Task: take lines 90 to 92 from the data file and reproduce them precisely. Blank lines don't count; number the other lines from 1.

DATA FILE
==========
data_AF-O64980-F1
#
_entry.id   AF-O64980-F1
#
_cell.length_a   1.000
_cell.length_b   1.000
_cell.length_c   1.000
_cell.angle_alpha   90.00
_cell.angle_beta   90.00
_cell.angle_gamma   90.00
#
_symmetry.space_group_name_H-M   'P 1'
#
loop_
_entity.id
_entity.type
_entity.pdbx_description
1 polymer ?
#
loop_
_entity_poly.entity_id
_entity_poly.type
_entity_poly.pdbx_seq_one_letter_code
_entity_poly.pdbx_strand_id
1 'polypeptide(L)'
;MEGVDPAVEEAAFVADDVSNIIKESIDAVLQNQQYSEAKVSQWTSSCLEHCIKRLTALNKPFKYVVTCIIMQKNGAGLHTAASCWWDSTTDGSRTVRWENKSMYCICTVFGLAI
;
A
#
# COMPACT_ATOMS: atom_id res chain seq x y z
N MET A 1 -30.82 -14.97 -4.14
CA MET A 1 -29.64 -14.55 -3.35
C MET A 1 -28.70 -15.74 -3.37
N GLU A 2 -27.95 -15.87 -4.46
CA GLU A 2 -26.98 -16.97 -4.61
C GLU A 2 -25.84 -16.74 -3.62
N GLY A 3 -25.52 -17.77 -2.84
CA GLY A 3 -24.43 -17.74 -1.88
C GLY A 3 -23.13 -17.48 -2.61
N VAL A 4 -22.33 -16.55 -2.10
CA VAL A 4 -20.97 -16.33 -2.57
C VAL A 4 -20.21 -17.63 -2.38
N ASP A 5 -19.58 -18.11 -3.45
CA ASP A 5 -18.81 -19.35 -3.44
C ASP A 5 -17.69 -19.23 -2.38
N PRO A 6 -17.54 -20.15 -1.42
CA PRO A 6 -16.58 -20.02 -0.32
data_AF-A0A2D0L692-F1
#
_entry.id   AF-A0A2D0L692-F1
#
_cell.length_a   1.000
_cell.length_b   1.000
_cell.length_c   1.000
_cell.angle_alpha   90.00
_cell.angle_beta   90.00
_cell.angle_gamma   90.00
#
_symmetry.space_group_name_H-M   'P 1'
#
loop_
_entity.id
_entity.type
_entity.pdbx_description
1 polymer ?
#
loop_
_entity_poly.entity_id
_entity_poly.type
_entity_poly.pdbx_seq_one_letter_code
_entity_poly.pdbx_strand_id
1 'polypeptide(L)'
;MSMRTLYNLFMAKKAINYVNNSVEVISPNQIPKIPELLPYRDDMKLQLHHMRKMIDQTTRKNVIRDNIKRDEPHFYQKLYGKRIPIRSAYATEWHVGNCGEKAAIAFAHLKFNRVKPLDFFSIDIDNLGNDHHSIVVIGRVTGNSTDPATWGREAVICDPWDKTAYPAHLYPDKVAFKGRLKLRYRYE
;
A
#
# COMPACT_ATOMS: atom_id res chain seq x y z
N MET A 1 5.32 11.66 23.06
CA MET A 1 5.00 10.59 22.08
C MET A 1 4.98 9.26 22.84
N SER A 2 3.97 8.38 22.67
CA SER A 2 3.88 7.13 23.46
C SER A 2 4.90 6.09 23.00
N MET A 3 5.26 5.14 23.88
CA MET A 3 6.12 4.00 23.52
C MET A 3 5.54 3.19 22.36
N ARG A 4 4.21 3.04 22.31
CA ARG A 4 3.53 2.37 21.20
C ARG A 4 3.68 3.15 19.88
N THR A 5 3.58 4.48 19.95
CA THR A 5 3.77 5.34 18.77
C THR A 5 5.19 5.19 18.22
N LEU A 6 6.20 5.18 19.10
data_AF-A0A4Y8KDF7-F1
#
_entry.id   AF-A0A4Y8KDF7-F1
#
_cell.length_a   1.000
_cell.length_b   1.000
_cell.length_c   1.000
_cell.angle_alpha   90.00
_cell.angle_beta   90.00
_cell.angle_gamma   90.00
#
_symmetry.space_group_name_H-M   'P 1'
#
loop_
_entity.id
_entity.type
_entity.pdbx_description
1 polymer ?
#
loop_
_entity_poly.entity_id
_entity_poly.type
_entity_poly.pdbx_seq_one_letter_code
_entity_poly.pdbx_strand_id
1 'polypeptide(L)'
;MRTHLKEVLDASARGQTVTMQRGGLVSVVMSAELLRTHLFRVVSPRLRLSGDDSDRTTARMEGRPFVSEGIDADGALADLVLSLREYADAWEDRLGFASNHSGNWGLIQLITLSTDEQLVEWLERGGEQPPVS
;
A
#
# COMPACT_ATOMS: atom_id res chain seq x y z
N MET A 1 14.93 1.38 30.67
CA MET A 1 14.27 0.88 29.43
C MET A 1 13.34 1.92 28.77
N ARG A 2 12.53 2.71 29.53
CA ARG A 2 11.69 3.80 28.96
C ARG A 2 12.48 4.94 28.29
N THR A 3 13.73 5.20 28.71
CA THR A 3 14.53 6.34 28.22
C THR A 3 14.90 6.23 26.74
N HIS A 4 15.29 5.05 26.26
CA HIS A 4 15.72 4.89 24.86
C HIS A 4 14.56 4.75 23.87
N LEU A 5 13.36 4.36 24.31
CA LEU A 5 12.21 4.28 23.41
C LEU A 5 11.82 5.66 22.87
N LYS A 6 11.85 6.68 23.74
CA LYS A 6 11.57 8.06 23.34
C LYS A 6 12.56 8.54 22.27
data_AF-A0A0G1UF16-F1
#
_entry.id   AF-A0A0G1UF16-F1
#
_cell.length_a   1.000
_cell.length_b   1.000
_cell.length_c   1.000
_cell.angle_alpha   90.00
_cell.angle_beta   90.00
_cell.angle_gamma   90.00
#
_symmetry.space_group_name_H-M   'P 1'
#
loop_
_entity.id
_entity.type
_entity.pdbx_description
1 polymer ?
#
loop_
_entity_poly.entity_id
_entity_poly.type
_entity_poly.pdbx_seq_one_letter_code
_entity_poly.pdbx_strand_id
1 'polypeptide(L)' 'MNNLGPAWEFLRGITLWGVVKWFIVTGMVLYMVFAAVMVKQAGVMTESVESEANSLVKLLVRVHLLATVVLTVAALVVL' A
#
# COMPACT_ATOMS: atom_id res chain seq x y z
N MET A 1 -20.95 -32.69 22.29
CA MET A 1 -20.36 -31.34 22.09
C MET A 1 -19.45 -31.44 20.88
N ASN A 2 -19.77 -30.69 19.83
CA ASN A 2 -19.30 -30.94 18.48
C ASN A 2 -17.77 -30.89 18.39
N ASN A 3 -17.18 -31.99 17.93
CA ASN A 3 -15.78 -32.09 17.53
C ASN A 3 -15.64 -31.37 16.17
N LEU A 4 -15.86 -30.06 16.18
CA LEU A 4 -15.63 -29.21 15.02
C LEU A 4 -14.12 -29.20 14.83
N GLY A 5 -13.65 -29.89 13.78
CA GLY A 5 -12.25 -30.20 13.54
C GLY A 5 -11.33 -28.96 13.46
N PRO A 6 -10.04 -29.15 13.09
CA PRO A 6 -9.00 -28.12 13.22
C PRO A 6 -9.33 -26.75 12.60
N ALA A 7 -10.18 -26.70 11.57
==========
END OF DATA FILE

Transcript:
N THR A 5 3.58 4.48 19.95
CA THR A 5 3.77 5.34 18.77
C THR A 5 5.19 5.19 18.22